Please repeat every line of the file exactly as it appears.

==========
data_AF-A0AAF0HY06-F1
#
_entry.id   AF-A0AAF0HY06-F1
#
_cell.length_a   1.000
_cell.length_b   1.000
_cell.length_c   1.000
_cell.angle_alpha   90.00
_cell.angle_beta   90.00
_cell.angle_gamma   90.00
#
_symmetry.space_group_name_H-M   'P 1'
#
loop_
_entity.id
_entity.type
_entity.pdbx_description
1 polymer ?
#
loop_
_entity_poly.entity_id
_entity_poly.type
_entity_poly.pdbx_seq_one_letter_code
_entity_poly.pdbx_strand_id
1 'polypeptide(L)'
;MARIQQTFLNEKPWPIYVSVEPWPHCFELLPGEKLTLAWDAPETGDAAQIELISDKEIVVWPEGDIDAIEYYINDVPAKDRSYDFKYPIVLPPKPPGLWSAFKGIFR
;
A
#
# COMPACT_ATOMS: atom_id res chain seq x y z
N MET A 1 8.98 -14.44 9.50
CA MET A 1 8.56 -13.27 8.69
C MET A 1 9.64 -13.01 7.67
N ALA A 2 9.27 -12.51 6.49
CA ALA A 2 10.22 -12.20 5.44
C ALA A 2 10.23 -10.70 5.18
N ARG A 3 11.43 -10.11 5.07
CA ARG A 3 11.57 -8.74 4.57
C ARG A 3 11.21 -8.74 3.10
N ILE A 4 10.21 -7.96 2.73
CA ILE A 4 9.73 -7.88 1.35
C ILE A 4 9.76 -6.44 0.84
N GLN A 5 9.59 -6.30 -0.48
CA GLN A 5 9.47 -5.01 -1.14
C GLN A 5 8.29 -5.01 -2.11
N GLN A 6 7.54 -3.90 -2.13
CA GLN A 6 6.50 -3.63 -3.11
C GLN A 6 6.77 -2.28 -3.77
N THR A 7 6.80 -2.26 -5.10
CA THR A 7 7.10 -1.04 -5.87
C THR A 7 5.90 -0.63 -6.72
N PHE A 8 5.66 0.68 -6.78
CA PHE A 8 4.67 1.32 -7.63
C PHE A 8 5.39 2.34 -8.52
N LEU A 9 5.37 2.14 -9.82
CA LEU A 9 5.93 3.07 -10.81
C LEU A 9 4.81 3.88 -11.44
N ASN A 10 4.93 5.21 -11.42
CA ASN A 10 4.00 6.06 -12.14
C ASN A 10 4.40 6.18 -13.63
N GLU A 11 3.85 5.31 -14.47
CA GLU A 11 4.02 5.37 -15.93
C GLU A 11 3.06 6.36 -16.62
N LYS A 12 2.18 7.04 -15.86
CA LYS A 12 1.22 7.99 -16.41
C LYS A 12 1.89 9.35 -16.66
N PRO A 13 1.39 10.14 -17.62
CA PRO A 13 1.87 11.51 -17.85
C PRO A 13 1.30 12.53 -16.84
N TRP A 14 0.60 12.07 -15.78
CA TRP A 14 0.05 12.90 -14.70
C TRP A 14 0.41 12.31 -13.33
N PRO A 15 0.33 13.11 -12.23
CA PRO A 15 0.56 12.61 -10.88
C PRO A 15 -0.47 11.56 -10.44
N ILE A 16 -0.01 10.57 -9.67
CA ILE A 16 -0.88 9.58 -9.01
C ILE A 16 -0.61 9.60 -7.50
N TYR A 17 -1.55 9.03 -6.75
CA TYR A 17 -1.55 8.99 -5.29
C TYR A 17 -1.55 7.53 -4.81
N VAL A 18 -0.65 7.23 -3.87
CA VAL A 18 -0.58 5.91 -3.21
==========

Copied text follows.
data_AF-A0AAF0HY06-F1
#
_entry.id   AF-A0AAF0HY06-F1
#
_cell.length_a   1.000
_cell.length_b   1.000
_cell.length_c   1.000
_cell.angle_alpha   90.00
_cell.angle_beta   90.00
_cell.angle_gamma   90.00
#
_symmetry.space_group_name_H-M   'P 1'
#
loop_
_entity.id
_entity.type
_entity.pdbx_description
1 polymer ?
#
loop_
_entity_poly.entity_id
_entity_poly.type
_entity_poly.pdbx_seq_one_letter_code
_entity_poly.pdbx_strand_id
1 'polypeptide(L)'
;MARIQQTFLNEKPWPIYVSVEPWPHCFELLPGEKLTLAWDAPETGDAAQIELISDKEIVVWPEGDIDAIEYYINDVPAKDRSYDFKYPIVLPPKPPGLWSAFKGIFR
;
A
#
# COMPACT_ATOMS: atom_id res chain seq x y z
N MET A 1 8.98 -14.44 9.50
CA MET A 1 8.56 -13.27 8.69
C MET A 1 9.64 -13.01 7.67
N ALA A 2 9.27 -12.51 6.49
CA ALA A 2 10.22 -12.20 5.44
C ALA A 2 10.23 -10.70 5.18
N ARG A 3 11.43 -10.11 5.07
CA ARG A 3 11.57 -8.74 4.57
C ARG A 3 11.21 -8.74 3.10
N ILE A 4 10.21 -7.96 2.73
CA ILE A 4 9.73 -7.88 1.35
C ILE A 4 9.76 -6.44 0.84
N GLN A 5 9.59 -6.30 -0.48
CA GLN A 5 9.47 -5.01 -1.14
C GLN A 5 8.29 -5.01 -2.11
N GLN A 6 7.54 -3.90 -2.13
CA GLN A 6 6.50 -3.63 -3.11
C GLN A 6 6.77 -2.28 -3.77
N THR A 7 6.80 -2.26 -5.10
CA THR A 7 7.10 -1.04 -5.87
C THR A 7 5.90 -0.63 -6.72
N PHE A 8 5.66 0.68 -6.78
CA PHE A 8 4.67 1.32 -7.63
C PHE A 8 5.39 2.34 -8.52
N LEU A 9 5.37 2.14 -9.82
CA LEU A 9 5.93 3.07 -10.81
C LEU A 9 4.81 3.88 -11.44
N ASN A 10 4.93 5.21 -11.42
CA ASN A 10 4.00 6.06 -12.14
C ASN A 10 4.40 6.18 -13.63
N GLU A 11 3.85 5.31 -14.47
CA GLU A 11 4.02 5.37 -15.93
C GLU A 11 3.06 6.36 -16.62
N LYS A 12 2.18 7.04 -15.86
CA LYS A 12 1.22 7.99 -16.41
C LYS A 12 1.89 9.35 -16.66
N PRO A 13 1.39 10.14 -17.62
CA PRO A 13 1.87 11.51 -17.85
C PRO A 13 1.30 12.53 -16.84
N TRP A 14 0.60 12.07 -15.78
CA TRP A 14 0.05 12.90 -14.70
C TRP A 14 0.41 12.31 -13.33
N PRO A 15 0.33 13.11 -12.23
CA PRO A 15 0.56 12.61 -10.88
C PRO A 15 -0.47 11.56 -10.44
N ILE A 16 -0.01 10.57 -9.67
CA ILE A 16 -0.88 9.58 -9.01
C ILE A 16 -0.61 9.60 -7.50
N TYR A 17 -1.55 9.03 -6.75
CA TYR A 17 -1.55 8.99 -5.29
C TYR A 17 -1.55 7.53 -4.81
N VAL A 18 -0.65 7.23 -3.87
CA VAL A 18 -0.58 5.91 -3.21